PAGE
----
> it can't possibly cost them anything.
A server in New York wants to stream data to a user in California. Someone has to pay for a nationwide fiber network to move the traffic. Both Cogent and Verizon have presence in New York and California. Who carries the packets from New York to California? Very often, that's what peering disputes come down to.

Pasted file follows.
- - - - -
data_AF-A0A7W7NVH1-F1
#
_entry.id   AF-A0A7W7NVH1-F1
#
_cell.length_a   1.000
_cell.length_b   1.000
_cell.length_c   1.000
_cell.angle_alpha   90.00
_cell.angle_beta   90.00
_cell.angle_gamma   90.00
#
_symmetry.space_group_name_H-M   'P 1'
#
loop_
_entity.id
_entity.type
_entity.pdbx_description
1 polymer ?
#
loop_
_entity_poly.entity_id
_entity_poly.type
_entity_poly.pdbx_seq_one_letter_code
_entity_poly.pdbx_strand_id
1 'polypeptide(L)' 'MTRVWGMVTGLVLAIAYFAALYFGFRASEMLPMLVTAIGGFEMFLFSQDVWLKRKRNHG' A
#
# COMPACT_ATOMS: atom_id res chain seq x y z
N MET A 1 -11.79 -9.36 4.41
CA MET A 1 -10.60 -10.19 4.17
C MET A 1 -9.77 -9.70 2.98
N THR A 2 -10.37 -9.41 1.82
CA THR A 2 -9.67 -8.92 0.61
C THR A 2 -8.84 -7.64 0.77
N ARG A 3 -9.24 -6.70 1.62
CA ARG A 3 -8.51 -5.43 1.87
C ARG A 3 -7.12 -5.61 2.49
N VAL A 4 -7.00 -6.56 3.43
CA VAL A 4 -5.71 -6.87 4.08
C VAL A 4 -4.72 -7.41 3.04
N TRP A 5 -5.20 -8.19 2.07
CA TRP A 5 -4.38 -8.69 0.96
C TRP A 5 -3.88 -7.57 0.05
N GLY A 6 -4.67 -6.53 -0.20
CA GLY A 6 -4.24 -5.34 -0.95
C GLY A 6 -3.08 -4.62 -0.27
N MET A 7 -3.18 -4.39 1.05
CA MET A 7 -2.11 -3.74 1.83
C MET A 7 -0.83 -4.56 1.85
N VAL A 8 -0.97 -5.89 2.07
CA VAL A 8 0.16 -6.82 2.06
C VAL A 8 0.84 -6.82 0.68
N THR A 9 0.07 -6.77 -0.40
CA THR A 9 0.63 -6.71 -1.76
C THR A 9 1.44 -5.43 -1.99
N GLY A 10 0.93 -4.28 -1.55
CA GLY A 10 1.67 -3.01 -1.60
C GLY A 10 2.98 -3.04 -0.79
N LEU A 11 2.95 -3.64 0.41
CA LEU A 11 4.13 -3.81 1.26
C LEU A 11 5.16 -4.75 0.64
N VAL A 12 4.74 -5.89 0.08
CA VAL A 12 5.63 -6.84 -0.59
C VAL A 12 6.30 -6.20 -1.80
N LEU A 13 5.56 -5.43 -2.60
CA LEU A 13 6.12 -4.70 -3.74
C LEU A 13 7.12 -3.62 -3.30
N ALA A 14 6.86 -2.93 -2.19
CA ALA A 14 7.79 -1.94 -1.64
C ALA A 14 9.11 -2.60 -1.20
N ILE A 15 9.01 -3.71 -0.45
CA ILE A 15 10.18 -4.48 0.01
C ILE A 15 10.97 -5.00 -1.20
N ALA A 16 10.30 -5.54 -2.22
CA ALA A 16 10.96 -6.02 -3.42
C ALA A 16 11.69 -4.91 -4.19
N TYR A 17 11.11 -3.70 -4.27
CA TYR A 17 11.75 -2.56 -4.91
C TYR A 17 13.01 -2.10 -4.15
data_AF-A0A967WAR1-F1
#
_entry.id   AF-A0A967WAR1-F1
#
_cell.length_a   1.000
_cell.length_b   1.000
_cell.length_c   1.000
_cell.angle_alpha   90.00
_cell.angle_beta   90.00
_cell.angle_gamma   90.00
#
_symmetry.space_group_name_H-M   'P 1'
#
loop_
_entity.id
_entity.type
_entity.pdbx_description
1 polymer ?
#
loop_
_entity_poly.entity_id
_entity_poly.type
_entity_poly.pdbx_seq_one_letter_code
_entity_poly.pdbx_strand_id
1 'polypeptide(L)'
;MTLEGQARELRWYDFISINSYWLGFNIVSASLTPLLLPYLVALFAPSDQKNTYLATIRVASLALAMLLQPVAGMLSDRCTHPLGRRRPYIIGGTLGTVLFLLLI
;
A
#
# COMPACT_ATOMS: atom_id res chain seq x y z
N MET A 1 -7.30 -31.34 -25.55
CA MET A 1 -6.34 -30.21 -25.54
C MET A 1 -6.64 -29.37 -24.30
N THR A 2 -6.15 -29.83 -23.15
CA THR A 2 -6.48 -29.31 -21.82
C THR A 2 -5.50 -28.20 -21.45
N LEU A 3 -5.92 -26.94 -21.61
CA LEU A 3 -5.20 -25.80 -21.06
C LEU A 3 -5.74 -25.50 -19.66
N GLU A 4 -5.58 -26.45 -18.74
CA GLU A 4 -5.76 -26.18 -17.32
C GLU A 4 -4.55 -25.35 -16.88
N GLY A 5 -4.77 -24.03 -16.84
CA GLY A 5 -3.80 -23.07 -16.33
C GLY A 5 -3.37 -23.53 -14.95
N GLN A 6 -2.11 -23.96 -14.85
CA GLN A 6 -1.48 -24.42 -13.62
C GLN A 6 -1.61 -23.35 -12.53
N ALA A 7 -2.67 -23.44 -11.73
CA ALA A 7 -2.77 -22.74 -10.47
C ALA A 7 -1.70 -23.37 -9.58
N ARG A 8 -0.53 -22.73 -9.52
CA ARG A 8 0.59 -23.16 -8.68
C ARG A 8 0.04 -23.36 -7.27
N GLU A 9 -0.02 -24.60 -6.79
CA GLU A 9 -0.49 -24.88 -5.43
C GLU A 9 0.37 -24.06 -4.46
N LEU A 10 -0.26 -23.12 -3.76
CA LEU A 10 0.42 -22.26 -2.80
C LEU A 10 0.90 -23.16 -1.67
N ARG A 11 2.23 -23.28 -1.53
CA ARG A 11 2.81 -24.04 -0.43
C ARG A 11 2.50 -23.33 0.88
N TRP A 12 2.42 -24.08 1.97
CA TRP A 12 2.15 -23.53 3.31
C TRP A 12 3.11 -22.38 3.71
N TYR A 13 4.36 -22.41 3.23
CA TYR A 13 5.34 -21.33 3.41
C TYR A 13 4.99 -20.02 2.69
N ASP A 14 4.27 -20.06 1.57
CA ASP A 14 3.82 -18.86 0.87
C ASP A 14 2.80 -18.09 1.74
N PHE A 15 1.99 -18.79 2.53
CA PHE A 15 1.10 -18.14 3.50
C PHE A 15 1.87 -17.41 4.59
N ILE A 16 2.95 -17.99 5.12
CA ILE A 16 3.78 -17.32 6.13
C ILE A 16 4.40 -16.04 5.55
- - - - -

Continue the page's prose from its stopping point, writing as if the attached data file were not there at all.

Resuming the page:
In general, neither party wants to carry the traffic across the country. Cogent wants to instantly hand the traffic to Verizon right there in the same building where they got the traffic from Netflix, so they don't have to carry the packets more than 100 meters. That's reasonable to them - they are delivering the packets to the company they are addressed to. Verizon would want to receive California packets in California. When Cogent is charging Netflix for transit, it's reasonable for Verizon to ask Cogent to provide that transit to California. Both have reasonable positions. They'll negotiate a mutually acceptable arrangement after first staking out their starting positions.